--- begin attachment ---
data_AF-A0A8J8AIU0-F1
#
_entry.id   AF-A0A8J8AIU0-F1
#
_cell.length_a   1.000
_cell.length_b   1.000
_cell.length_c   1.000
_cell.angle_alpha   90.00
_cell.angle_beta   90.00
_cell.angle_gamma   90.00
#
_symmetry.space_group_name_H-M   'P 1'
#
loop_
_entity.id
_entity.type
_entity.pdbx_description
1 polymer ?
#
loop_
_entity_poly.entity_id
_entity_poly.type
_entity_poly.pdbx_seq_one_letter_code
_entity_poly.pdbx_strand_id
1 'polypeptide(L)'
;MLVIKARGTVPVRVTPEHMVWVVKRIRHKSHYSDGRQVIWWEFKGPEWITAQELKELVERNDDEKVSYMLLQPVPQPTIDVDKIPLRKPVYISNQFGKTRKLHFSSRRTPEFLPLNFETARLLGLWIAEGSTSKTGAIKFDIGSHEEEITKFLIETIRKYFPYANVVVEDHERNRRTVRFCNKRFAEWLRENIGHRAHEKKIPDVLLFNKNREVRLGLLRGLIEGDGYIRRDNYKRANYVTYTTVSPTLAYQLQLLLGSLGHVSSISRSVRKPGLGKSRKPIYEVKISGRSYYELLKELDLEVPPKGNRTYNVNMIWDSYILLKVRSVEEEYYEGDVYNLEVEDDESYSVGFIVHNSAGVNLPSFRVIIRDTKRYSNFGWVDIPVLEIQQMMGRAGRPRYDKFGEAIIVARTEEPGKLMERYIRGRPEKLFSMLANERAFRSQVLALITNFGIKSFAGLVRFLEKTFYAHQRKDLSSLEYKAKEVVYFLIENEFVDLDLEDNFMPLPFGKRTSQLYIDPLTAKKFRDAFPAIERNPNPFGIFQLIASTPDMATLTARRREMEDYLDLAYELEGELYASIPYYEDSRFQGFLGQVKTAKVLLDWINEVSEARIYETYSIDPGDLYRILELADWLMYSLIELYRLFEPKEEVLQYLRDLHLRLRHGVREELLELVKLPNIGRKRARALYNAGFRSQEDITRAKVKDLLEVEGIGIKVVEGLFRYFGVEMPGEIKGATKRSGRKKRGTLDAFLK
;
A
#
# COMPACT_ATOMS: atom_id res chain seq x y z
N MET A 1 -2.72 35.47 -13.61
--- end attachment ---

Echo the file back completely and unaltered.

data_AF-A0A8J8AIU0-F1
#
_entry.id   AF-A0A8J8AIU0-F1
#
_cell.length_a   1.000
_cell.length_b   1.000
_cell.length_c   1.000
_cell.angle_alpha   90.00
_cell.angle_beta   90.00
_cell.angle_gamma   90.00
#
_symmetry.space_group_name_H-M   'P 1'
#
loop_
_entity.id
_entity.type
_entity.pdbx_description
1 polymer ?
#
loop_
_entity_poly.entity_id
_entity_poly.type
_entity_poly.pdbx_seq_one_letter_code
_entity_poly.pdbx_strand_id
1 'polypeptide(L)'
;MLVIKARGTVPVRVTPEHMVWVVKRIRHKSHYSDGRQVIWWEFKGPEWITAQELKELVERNDDEKVSYMLLQPVPQPTIDVDKIPLRKPVYISNQFGKTRKLHFSSRRTPEFLPLNFETARLLGLWIAEGSTSKTGAIKFDIGSHEEEITKFLIETIRKYFPYANVVVEDHERNRRTVRFCNKRFAEWLRENIGHRAHEKKIPDVLLFNKNREVRLGLLRGLIEGDGYIRRDNYKRANYVTYTTVSPTLAYQLQLLLGSLGHVSSISRSVRKPGLGKSRKPIYEVKISGRSYYELLKELDLEVPPKGNRTYNVNMIWDSYILLKVRSVEEEYYEGDVYNLEVEDDESYSVGFIVHNSAGVNLPSFRVIIRDTKRYSNFGWVDIPVLEIQQMMGRAGRPRYDKFGEAIIVARTEEPGKLMERYIRGRPEKLFSMLANERAFRSQVLALITNFGIKSFAGLVRFLEKTFYAHQRKDLSSLEYKAKEVVYFLIENEFVDLDLEDNFMPLPFGKRTSQLYIDPLTAKKFRDAFPAIERNPNPFGIFQLIASTPDMATLTARRREMEDYLDLAYELEGELYASIPYYEDSRFQGFLGQVKTAKVLLDWINEVSEARIYETYSIDPGDLYRILELADWLMYSLIELYRLFEPKEEVLQYLRDLHLRLRHGVREELLELVKLPNIGRKRARALYNAGFRSQEDITRAKVKDLLEVEGIGIKVVEGLFRYFGVEMPGEIKGATKRSGRKKRGTLDAFLK
;
A
#
# COMPACT_ATOMS: atom_id res chain seq x y z
N MET A 1 -2.72 35.47 -13.61